Cookies are a big part of the holiday season. Whether you’re participating in a cookie exchange or gifting cookies to neighbors or loved ones, a homemade baked good is a time-honored and thoughtful seasonal gesture.
To make a baked good gift feel more festive and special, there’s one thing I always do at thrift stores during the holiday season: I buy plates and platters to spice up the presentation factor. Then, I take the platter home and clean it well with antibacterial dish soap and water. After baking and cooling the cookies, I neatly stack them on the plate, wrap the plate in reusable stretch wrap, and tie it up with colorful baker’s twine.
I personally prefer the heavy, glass platters with “lightly” holiday themes like snowflakes, poinsettias, or trees. That way, the giftee can reuse the plate throughout the year without putting out a “Merry Christmas” platter in February. I also like to stick a little card to the dish to let the recipient know that they can reuse the stretch wrap and keep the platter — no need to return it to me!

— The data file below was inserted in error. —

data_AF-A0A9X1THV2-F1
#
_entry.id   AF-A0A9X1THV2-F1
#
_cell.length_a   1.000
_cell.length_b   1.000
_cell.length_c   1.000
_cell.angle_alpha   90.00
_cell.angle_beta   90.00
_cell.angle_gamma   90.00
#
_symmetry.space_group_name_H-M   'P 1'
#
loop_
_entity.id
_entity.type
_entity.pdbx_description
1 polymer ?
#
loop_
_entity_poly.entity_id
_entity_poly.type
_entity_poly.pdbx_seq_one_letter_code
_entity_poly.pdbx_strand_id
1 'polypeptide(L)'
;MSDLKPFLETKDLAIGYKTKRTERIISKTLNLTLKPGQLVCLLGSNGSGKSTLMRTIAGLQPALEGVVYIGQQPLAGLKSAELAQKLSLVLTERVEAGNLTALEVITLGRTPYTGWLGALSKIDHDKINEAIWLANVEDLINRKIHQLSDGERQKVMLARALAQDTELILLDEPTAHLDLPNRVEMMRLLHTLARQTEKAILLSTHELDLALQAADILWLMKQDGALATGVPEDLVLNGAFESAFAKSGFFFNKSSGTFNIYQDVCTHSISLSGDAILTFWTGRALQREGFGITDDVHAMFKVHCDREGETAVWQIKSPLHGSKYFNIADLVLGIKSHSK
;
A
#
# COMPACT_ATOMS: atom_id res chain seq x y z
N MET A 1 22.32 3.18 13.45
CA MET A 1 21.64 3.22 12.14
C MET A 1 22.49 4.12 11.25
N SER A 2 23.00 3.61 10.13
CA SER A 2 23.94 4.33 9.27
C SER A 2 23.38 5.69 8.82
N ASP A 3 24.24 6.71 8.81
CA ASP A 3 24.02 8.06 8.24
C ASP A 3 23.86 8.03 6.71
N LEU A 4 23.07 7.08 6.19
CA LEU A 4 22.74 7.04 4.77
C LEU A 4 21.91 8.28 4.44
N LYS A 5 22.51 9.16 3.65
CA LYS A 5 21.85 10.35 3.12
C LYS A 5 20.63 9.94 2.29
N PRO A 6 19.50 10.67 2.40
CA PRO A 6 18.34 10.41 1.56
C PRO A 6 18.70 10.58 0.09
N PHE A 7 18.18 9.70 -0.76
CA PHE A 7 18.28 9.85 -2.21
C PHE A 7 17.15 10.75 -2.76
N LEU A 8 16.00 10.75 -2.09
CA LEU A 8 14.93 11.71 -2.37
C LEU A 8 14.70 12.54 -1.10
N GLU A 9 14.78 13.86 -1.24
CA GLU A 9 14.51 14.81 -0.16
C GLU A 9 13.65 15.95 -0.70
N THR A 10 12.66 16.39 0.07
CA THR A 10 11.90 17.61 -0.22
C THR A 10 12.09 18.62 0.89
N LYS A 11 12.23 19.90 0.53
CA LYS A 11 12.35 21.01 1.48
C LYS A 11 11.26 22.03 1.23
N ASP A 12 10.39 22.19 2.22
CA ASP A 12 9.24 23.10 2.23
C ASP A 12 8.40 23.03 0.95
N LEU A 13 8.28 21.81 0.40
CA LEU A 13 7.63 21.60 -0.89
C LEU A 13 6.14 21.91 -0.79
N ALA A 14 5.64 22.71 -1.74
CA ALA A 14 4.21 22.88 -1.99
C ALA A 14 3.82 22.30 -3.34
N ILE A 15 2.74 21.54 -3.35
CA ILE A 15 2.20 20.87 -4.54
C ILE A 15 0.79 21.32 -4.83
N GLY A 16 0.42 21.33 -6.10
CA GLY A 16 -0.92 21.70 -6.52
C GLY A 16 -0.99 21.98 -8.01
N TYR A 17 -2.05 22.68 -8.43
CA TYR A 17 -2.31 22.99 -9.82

By buying tableware from the thrift store, you’ll probably end up spending less and you’re making a more sustainable choice. Buying secondhand conserves precious resources and oftentimes the finds are more unique. Not to mention, a glass or ceramic platter or plate is much sturdier than a paper plate, so there’s no need to worry about the plate bending under the weight of Grandma’s famous sugar cookies.
Plates, platters, and even tins are easy to find at my local thrift store. I usually find them in the kitchen aisle, but my local thrift store also has a holiday decor aisle, so I diligently check that section, too. For the best selection, I like to ask my local thrift store employees which days they restock. Some thrift stores restock every day, and some only restock once a week. By shopping on restock days, I have a better chance of finding what I need. But not everyone has a quality thrift store in their area. If your local options are lacking, try checking out yard sales, antique stores, flea markets, or even church basements for holiday tableware.